One nice thing about being a relatively patient investor is that you get to see the progression of companies over time — you get to know them. While it can be tempting to trade the "hot" theme/sector of the day, it's very hard to get to know much about the companies and management teams behind them if your interest is only passing. Back in February, I mentioned ten companies (AOI, PXT, CJ, ARX, AAV, MCF, CDR, TNZ, TAO, and VLE) that were of interest to me in 2023.
I've followed most of those names over a good chunk of their corporate histories, and I think a few of them have progressed to the point where it's worth revisiting them today. For me, keeping an evergreen view of the companies that I follow is like keeping up with sports teams. . . because if I don't know how the teams in my league are faring in a given year, betting anything meaningful on them would seem foolish, right?
Six months ago, I said that I felt that Tenaz Energy Corp. (TNZ:TSX) was one of the best risk-reward setups that I think I've ever seen, and even with the stock up some 75% over that period, I would still say the same thing today.
Tenaz is managed by one of the best teams in the industry, and its small market cap means that a lot of institutions simply can't own the stock yet, no matter how much they might want to invest in Tenaz's acquire/optimize/return capital to shareholders model.
Through an opportunistic deal with an ExxonMobil subsidiary called XTO in late June, Tenaz has grown its net positive working capital position to about CA$65 million, which is about CA$2.35 per share. Think of that as dry powder for future acquisitions.
Meanwhile, the company's run-rate cash flow is around CA$35 million per year, which is about CA$1.25 per share. Put it all together, and at today's closing price of CA$3.70, the company is being valued at only ~1x its annual cash flow — and this is in a market where 2-3x would be considered an average multiple for a small-cap energy name.
Typically, a management team of this quality would command a premium in the market given the likelihood for outsized growth through its acquire and exploit strategy, but TNZ actually comes at a discount relative to peers. I would expect more M&A activity from TNZ this year as the company continues its roll-up strategy.
Being significant holders themselves, management won't do a deal that isn't accretive to shareholder value, and that's something that I really like about TNZ. CEO Tony Marino's last two companies had multi-billion-dollar market caps, so with only 27.5 million shares outstanding and a market cap hovering around CA$100 million, I continue to like my odds with TNZ very much.
also made some significant progress in June when it released a 30-day test rate from its proof-of-concept frack of the Abu Roash F formation (the "ARF") in the Badr oilfield in Egypt's Western Desert. The re-entered vertical well tested at a stabilized rate of about 140 barrels of oil per day from a single frack in the ARF. For context, in well-known unconventional plays like the Montney or Eagle Ford shale, one might expect an average vertical test rate of 50-100 barrels of oil per day from a single vertical frack. TAO's vertical test well flowed back under a heavy choke, which means that the flow rate was intentionally held back so as to maximize the long-term productivity of the well.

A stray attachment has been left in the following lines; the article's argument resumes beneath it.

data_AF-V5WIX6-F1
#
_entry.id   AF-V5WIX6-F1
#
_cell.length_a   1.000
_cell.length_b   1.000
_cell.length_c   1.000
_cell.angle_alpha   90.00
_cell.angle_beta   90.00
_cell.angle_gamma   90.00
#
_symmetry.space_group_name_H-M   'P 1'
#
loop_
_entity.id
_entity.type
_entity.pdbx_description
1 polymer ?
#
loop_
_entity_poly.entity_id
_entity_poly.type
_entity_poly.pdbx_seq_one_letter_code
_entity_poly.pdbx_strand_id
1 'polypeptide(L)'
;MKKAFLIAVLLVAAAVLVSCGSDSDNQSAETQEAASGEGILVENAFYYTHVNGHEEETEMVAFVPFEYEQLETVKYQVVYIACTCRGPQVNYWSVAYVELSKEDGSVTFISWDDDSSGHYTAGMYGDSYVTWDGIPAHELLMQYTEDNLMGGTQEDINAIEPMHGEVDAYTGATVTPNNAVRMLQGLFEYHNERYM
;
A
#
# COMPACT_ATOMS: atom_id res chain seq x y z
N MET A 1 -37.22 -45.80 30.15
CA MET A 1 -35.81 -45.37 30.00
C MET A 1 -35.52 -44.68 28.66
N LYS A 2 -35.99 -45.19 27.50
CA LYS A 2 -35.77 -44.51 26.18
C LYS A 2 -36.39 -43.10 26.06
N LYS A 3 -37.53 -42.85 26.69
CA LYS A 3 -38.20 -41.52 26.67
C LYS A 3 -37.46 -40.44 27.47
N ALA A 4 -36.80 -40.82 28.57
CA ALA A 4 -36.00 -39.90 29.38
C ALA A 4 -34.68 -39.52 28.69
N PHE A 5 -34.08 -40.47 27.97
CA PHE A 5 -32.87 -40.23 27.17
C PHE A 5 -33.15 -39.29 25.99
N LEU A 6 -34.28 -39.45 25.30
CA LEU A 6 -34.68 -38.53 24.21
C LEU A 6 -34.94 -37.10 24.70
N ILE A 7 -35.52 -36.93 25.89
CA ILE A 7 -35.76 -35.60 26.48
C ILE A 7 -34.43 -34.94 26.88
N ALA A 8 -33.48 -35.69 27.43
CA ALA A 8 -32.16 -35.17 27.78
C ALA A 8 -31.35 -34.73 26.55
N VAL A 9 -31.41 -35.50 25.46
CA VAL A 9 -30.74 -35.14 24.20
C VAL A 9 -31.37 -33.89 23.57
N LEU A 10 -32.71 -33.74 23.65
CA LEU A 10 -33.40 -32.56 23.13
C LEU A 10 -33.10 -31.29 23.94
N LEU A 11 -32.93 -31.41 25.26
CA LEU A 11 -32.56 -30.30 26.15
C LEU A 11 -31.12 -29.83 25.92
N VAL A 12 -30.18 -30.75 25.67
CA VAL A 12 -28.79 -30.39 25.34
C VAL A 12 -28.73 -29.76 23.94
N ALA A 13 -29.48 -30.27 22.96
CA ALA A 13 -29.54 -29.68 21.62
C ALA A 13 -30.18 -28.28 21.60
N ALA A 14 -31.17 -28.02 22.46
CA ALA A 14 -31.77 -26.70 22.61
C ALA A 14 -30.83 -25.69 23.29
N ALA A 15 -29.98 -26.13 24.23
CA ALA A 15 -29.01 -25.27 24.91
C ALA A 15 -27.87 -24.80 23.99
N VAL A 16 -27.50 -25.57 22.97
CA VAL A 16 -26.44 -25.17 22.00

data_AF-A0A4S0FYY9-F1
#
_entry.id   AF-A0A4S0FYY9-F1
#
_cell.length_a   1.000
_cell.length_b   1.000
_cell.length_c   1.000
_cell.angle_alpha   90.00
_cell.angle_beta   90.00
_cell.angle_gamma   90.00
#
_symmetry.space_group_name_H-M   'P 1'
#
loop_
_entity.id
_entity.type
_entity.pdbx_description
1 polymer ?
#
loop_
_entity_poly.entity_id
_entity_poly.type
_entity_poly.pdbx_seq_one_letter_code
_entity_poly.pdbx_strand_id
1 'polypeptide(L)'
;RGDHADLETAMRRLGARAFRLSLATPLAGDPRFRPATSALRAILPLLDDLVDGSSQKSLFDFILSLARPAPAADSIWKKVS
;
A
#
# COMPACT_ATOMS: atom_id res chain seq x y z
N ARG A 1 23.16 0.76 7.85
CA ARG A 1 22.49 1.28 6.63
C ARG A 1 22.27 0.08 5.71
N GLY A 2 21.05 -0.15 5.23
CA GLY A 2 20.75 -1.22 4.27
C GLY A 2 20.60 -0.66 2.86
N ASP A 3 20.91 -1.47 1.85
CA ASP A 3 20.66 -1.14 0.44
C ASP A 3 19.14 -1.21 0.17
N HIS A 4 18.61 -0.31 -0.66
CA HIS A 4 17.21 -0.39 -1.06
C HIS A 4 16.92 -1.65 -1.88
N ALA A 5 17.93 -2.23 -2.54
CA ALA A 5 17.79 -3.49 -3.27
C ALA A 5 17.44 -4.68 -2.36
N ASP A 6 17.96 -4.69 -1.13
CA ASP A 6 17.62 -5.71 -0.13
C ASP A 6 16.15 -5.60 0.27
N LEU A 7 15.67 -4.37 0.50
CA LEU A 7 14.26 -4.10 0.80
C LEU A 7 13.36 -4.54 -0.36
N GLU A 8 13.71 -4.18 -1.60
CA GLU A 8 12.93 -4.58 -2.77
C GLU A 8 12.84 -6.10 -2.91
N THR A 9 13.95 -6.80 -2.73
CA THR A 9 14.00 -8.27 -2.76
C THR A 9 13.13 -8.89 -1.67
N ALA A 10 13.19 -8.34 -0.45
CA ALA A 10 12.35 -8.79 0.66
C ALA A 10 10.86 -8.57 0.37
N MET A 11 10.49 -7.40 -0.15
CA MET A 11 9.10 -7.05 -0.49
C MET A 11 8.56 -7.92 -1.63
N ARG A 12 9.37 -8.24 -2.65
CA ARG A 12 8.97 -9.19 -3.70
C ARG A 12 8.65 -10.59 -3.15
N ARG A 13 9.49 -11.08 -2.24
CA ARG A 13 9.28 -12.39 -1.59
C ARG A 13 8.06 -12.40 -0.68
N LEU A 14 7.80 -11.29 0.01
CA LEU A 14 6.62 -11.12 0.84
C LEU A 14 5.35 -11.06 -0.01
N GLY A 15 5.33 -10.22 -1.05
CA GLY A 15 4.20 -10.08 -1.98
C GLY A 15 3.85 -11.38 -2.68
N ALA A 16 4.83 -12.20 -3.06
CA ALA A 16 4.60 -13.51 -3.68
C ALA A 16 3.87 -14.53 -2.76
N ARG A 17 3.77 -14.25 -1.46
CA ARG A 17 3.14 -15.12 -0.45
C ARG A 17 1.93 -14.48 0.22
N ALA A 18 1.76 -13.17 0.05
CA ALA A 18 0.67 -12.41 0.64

The real breakout for the stock should come on the back of the company's first horizontal well in the ARF, which should start drilling in early August, with results expected in Q4. If the horizontal well tests anywhere in the range of the 1000-1500 barrels of oil per day that the company has guided towards, there could be a very material prize on the table here.
TAO has the distinct advantage of operating within an existing oil field, which means that all of the pipes and facilities needed to commercialize the oil are already there — meaning that capex needs are minimal. To that end, independent energy consulting firm RPS Energy prepared a report last fall that showed a mid-case unrisked net present value of US$423 million (33.5 million barrels recoverable), including cumulative capex of a little over US$100 million over the life of the project.
Perhaps the most interesting part about the RPS report is that the economics are based on a 20-well development scenario, whereas TAO management believes that there could be multiples of that number of prospective well locations within just a portion of the 107 km2 Badr concession. A successful horizontal well would set the company up for a development scenario that would be expected to become self-funding quite quickly, so I could see the market taking a liking to TAO as the story develops.
On other fronts, I'm keeping a close eye on Canadian natural gas names like ARX and AAV as I remain optimistic about the future of Shell's LNG Canada project and its impact on western Canadian gas stocks, but I have nothing specific to report there today. One that has really moved recently is Condor Energies Inc. (CDR:TSX.V).
It took flight after the company announced that it is in advanced discussions with respect to taking over eight gas fields in Uzbekistan, along with an exploration block or two. Condor has been working on that file for years as they look to revitalize Soviet-era fields with standard Western development practices. It's still very early days, but I've followed Condor's progress for over 15 years, and as a shareholder, I selfishly hope this project pans out. Condor's Uzbek deal, if finalized, is reminiscent of a company called Hurricane Hydrocarbons from some 20 years ago.
That company turned into PetroKazakhstan and was ultimately sold to a Chinese buyer for around CA$4 billion. They say history never repeats but often rhymes — so here's hoping.
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